Whiplash is a word used to describe several types of injuries that are all caused by trauma to the neck or upper back. It is not a medical term, but a catchall description for any injury that results when your head moves backwards and then moves forwards suddenly. The muscles, tendons and ligaments in your neck and upper back are stretched and pulled in a way that your body was not designed to handle.
What causes whiplash?
Whiplash is most common after a car accident, especially one in which you were rear-ended by another car that did not stop in time. You can also suffer whiplash after a ride on a roller coaster or bungee jumping. Being hit by an object or being assaulted can cause similar injuries.
Whiplash often is not felt until several hours, or even days, after the accident. Some people have symptoms immediately, but they are often ignored because of more obvious injuries or because the person is still in emotional shock. In many cases, it is only after the other injuries are treated and the person starts to calm down that the severity of the whiplash injury becomes obvious.
What are some of the symptoms of whiplash?
The Mayo Clinic website says the most common symptoms of whiplash are:
- Pain and stiffness in your neck or upper back
- Any kind of dizziness or vertigo (when the room feels like it is spinning)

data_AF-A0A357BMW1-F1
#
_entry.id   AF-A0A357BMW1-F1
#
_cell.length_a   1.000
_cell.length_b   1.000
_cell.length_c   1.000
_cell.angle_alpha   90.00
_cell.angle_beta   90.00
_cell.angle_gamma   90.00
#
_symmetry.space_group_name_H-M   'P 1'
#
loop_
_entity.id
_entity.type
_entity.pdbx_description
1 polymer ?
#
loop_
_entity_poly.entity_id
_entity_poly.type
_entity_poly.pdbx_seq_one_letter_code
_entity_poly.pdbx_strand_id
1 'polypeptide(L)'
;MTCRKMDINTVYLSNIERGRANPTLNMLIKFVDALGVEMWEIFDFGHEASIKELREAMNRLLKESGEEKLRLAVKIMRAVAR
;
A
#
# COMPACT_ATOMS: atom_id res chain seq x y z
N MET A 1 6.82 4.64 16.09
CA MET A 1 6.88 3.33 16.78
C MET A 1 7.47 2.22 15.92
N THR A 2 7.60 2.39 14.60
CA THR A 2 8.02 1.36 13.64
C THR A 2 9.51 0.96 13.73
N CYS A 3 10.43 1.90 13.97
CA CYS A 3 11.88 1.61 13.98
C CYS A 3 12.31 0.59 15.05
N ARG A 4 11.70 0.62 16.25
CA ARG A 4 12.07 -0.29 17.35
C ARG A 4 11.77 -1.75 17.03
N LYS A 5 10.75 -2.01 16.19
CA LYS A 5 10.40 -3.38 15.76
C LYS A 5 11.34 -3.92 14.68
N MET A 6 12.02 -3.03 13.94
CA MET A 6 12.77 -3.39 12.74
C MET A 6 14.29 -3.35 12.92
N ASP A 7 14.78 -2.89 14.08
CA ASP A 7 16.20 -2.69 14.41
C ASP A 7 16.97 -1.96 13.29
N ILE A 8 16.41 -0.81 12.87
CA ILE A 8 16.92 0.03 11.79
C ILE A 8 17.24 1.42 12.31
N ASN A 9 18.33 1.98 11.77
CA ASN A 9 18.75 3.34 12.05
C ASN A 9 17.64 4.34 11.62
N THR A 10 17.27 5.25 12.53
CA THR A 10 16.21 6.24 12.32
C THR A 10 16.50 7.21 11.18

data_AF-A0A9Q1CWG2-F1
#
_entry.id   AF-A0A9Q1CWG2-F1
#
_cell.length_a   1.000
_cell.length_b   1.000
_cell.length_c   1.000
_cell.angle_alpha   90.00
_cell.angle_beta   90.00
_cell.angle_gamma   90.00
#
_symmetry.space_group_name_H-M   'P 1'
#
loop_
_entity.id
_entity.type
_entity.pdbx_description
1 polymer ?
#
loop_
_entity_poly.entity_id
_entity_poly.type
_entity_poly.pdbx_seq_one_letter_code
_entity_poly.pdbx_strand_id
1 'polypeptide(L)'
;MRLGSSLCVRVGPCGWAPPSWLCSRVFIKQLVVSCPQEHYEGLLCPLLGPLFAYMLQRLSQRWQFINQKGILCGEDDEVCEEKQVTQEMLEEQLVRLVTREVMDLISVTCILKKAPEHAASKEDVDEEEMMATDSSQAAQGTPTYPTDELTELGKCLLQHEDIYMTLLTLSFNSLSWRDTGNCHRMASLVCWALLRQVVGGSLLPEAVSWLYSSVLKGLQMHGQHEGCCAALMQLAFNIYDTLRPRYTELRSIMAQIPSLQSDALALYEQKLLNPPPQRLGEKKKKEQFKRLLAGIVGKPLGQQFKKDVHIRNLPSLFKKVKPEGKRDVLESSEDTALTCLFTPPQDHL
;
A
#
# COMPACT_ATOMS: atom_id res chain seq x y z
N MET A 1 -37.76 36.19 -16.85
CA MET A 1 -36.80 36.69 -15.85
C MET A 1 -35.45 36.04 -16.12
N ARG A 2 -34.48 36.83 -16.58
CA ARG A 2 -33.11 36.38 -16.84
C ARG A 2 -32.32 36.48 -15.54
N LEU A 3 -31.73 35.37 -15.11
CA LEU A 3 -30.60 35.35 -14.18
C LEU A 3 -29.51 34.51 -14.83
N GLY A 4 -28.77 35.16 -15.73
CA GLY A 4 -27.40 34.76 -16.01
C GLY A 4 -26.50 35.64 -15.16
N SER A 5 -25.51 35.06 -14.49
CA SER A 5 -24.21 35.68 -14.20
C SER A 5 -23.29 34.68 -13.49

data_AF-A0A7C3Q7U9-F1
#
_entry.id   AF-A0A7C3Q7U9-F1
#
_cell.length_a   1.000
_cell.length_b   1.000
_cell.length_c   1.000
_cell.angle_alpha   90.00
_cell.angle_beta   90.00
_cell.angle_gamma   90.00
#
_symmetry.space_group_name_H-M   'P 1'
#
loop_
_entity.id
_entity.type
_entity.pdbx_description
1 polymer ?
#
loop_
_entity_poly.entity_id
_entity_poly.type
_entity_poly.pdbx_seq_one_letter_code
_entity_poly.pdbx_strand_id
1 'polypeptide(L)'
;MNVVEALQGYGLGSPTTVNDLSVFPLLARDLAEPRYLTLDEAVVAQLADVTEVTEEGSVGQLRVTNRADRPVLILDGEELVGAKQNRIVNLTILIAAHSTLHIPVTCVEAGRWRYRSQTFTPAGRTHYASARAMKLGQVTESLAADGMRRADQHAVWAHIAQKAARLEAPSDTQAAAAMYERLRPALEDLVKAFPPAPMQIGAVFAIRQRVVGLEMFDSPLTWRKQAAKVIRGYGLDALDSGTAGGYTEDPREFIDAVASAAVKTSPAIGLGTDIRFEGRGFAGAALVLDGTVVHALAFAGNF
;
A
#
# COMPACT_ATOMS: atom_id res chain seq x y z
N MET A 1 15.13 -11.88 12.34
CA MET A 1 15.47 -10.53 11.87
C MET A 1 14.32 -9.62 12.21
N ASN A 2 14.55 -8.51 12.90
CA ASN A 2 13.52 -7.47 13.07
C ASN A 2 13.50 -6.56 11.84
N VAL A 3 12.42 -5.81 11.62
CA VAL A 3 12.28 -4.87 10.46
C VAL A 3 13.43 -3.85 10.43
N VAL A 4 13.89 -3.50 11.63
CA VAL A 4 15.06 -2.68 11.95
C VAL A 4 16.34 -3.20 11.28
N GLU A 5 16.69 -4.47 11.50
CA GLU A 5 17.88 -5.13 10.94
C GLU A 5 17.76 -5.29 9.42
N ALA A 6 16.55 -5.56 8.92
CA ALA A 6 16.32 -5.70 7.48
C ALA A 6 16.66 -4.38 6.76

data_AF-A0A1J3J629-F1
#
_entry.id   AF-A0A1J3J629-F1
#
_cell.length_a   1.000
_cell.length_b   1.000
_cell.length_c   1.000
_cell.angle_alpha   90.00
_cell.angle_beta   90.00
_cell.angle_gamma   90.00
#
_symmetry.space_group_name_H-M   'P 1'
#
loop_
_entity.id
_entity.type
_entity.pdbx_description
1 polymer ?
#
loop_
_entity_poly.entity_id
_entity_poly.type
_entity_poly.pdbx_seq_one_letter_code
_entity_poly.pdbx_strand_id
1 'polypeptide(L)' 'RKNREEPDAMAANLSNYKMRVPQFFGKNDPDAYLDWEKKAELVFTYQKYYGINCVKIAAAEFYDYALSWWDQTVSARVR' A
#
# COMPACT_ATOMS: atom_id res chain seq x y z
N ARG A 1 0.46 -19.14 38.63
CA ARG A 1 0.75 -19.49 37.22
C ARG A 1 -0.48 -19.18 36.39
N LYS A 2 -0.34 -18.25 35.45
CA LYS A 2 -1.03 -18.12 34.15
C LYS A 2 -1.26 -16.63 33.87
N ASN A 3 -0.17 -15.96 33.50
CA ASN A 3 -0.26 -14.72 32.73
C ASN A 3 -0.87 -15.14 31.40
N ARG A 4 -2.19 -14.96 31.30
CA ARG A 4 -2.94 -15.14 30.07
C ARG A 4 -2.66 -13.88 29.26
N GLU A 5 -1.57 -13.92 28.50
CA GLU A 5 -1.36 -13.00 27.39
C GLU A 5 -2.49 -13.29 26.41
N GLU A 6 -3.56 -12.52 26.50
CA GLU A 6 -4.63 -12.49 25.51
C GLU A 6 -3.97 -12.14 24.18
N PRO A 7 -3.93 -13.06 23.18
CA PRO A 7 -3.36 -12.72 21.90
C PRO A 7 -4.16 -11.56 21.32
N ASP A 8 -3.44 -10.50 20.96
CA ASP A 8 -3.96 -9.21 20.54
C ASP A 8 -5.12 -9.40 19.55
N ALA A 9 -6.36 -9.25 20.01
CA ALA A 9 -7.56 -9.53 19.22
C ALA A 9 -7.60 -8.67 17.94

- Fatigue (this can last long after the other symptoms are gone)
- Memory problems
- Problems falling or staying asleep
If you have any of these symptoms you need emergency care. Go to the emergency room immediately or call 911:
- Pain after you move your head
- Pain that radiates down your arm(s)
- Any numbness, weakness or tingling
Will my injuries be permanent?
Most cases of whiplash get better in a few weeks or months. Some people continue to have chronic pain and fatigue after whiplash. Your doctor can tell you about your options concerning medication, physical therapy, chiropractic and medical devices that might be helpful.
My insurance company wants to settle my case. Should I take the check?
Absolutely not. Many insurance companies want to settle your case within days of your accident. They do this because you have no way of knowing at that point how long it will take you to recover. If it takes longer than you thought, or you need expensive therapies, you cannot then go back to the insurance company and tell them that you want more money ― the form that you signed when you got your check included a waiver of any future legal action. Before you sign anything, you must consult with an Alabama attorney who is experienced in whiplash injuries.
Contact Personal Injury Attorney Zach Alsobrook, today for your free consultation.